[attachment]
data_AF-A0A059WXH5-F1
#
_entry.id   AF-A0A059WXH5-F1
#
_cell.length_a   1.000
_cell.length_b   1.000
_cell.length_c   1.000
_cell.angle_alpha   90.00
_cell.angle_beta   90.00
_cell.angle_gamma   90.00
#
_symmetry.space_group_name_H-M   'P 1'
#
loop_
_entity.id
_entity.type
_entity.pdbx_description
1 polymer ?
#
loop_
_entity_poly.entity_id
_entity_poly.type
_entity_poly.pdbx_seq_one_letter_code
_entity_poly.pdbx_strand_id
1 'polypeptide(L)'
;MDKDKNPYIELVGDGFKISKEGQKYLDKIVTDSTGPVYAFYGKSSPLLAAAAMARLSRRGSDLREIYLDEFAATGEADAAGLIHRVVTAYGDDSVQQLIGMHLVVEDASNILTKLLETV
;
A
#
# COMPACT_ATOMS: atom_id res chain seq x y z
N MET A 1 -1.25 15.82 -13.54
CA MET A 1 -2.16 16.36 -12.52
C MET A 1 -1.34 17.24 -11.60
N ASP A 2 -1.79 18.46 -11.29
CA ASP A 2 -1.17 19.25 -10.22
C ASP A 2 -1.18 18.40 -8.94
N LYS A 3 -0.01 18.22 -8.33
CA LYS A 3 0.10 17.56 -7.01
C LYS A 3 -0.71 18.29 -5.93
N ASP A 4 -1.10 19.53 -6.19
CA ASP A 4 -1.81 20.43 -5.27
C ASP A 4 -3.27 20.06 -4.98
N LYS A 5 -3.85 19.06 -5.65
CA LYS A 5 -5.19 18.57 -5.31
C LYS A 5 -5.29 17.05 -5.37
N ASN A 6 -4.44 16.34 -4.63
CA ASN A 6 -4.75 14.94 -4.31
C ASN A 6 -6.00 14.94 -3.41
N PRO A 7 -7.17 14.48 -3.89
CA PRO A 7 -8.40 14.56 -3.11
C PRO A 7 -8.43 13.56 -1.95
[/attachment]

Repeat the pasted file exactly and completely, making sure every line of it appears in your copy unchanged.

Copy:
data_AF-A0A059WXH5-F1
#
_entry.id   AF-A0A059WXH5-F1
#
_cell.length_a   1.000
_cell.length_b   1.000
_cell.length_c   1.000
_cell.angle_alpha   90.00
_cell.angle_beta   90.00
_cell.angle_gamma   90.00
#
_symmetry.space_group_name_H-M   'P 1'
#
loop_
_entity.id
_entity.type
_entity.pdbx_description
1 polymer ?
#
loop_
_entity_poly.entity_id
_entity_poly.type
_entity_poly.pdbx_seq_one_letter_code
_entity_poly.pdbx_strand_id
1 'polypeptide(L)'
;MDKDKNPYIELVGDGFKISKEGQKYLDKIVTDSTGPVYAFYGKSSPLLAAAAMARLSRRGSDLREIYLDEFAATGEADAAGLIHRVVTAYGDDSVQQLIGMHLVVEDASNILTKLLETV
;
A
#
# COMPACT_ATOMS: atom_id res chain seq x y z
N MET A 1 -1.25 15.82 -13.54
CA MET A 1 -2.16 16.36 -12.52
C MET A 1 -1.34 17.24 -11.60
N ASP A 2 -1.79 18.46 -11.29
CA ASP A 2 -1.17 19.25 -10.22
C ASP A 2 -1.18 18.40 -8.94
N LYS A 3 -0.01 18.22 -8.33
CA LYS A 3 0.10 17.56 -7.01
C LYS A 3 -0.71 18.29 -5.93
N ASP A 4 -1.10 19.53 -6.19
CA ASP A 4 -1.81 20.43 -5.27
C ASP A 4 -3.27 20.06 -4.98
N LYS A 5 -3.85 19.06 -5.65
CA LYS A 5 -5.19 18.57 -5.31
C LYS A 5 -5.29 17.05 -5.37
N ASN A 6 -4.44 16.34 -4.63
CA ASN A 6 -4.75 14.94 -4.31
C ASN A 6 -6.00 14.94 -3.41
N PRO A 7 -7.17 14.48 -3.89
CA PRO A 7 -8.40 14.56 -3.11
C PRO A 7 -8.43 13.56 -1.95